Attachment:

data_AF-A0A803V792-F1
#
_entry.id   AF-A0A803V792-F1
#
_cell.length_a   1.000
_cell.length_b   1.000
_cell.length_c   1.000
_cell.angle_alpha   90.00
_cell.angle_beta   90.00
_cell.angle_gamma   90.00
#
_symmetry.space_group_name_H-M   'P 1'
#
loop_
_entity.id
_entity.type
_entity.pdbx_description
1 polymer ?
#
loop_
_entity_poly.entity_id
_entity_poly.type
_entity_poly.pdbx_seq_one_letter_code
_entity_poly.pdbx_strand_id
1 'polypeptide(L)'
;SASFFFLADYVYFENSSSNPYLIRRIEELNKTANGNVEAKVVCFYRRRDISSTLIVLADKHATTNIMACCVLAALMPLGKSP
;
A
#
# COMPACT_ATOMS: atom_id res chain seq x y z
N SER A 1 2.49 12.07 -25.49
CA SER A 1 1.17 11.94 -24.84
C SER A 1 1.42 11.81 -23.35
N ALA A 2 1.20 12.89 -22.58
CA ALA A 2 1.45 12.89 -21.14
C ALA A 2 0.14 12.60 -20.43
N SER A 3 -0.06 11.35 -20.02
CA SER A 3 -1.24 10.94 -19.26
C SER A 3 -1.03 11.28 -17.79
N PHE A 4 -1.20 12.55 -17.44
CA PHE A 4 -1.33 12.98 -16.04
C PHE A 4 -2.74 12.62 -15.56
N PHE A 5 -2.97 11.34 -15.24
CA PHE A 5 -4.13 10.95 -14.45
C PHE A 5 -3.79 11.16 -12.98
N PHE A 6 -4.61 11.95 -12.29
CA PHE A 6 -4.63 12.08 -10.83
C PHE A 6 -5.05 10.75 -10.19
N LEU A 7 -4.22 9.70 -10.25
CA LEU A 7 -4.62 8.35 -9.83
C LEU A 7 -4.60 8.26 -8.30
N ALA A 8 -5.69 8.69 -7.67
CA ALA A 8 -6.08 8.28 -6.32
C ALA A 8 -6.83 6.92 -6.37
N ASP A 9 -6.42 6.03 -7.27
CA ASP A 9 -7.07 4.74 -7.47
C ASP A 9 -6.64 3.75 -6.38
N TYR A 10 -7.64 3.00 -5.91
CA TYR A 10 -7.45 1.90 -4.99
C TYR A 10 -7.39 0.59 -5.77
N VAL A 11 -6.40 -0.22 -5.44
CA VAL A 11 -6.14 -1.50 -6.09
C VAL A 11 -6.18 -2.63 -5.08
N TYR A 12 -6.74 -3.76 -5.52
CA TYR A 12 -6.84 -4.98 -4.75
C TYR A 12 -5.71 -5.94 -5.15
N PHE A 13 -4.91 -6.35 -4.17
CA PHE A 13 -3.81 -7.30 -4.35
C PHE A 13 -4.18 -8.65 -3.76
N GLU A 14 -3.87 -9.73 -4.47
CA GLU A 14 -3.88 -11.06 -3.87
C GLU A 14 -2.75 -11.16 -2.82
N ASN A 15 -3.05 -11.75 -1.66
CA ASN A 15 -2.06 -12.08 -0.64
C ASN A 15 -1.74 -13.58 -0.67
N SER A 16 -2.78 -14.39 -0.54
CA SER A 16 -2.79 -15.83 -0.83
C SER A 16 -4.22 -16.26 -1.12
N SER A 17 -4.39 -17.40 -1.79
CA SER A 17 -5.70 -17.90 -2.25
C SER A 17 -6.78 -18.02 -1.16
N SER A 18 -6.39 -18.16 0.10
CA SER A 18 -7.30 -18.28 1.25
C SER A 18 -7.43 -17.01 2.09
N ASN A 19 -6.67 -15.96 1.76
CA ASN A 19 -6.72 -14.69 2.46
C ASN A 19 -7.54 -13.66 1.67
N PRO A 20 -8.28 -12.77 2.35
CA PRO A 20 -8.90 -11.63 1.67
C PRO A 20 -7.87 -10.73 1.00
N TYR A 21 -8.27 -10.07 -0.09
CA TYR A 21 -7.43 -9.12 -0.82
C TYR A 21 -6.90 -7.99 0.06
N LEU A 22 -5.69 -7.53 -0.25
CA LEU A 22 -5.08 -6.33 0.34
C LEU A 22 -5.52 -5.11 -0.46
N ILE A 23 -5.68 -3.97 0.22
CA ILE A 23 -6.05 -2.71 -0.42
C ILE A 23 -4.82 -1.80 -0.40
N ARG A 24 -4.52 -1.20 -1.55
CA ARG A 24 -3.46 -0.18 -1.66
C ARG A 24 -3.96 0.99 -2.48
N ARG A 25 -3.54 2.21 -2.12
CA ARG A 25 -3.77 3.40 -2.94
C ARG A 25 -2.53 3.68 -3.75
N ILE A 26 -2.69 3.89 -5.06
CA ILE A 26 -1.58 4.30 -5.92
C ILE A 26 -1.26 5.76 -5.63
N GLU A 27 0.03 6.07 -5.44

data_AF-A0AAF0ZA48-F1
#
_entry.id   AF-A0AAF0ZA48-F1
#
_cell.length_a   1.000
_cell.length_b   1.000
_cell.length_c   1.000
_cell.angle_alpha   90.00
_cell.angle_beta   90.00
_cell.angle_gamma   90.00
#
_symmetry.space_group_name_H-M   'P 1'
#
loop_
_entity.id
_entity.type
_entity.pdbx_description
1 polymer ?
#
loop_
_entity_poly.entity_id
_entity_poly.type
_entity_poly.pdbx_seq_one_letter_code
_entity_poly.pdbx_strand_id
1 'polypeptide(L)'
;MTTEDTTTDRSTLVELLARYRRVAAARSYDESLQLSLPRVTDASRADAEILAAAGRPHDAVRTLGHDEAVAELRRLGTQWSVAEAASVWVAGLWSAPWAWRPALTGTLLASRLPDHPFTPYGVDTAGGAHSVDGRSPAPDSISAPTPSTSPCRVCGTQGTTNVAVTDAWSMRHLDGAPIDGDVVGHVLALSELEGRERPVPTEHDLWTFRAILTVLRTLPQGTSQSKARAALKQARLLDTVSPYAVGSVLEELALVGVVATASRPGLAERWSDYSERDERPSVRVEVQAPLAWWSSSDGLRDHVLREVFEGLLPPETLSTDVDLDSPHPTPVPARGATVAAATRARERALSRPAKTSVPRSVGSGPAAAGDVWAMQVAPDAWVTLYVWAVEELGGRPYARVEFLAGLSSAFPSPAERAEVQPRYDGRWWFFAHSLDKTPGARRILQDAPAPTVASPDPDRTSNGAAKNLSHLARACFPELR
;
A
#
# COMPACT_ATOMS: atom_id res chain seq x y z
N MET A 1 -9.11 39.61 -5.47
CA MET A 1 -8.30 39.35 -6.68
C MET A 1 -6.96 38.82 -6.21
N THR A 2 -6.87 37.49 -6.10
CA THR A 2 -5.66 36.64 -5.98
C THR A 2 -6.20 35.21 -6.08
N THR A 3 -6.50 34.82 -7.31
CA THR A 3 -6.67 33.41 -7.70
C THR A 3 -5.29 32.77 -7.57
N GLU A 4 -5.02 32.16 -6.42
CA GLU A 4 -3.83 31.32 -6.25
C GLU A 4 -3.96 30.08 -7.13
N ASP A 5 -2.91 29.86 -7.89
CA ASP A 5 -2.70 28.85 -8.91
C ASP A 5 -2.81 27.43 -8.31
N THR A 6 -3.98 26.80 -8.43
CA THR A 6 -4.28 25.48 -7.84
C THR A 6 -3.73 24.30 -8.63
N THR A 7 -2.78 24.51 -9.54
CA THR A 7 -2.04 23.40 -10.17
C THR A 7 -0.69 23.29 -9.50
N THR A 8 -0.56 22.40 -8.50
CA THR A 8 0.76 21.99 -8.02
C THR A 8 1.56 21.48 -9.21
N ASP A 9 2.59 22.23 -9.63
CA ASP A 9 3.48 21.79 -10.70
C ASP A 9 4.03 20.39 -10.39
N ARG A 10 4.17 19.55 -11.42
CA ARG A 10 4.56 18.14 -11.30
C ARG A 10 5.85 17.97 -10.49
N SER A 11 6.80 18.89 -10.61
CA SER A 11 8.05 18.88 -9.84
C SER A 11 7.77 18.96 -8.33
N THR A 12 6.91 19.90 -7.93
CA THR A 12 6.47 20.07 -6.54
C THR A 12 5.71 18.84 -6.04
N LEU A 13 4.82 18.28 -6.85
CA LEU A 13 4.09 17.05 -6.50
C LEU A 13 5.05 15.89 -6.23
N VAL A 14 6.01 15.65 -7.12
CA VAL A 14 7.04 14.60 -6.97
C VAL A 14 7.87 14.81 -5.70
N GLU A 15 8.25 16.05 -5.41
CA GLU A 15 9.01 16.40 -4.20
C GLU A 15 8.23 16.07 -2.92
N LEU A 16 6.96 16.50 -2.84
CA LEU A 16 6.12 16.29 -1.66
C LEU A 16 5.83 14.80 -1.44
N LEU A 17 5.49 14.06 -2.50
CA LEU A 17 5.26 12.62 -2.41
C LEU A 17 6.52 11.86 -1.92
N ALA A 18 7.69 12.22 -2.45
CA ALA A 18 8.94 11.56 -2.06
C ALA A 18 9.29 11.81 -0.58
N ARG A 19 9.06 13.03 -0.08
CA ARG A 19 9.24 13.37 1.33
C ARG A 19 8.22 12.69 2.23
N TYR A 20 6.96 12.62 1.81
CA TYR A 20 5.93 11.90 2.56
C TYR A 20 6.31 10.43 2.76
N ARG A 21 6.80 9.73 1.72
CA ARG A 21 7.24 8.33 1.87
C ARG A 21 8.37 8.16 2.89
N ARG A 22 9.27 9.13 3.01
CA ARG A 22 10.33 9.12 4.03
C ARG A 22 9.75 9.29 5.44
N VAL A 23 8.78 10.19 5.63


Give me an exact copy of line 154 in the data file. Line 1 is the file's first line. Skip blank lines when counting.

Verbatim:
C ASP A 5 -2.81 27.43 -8.31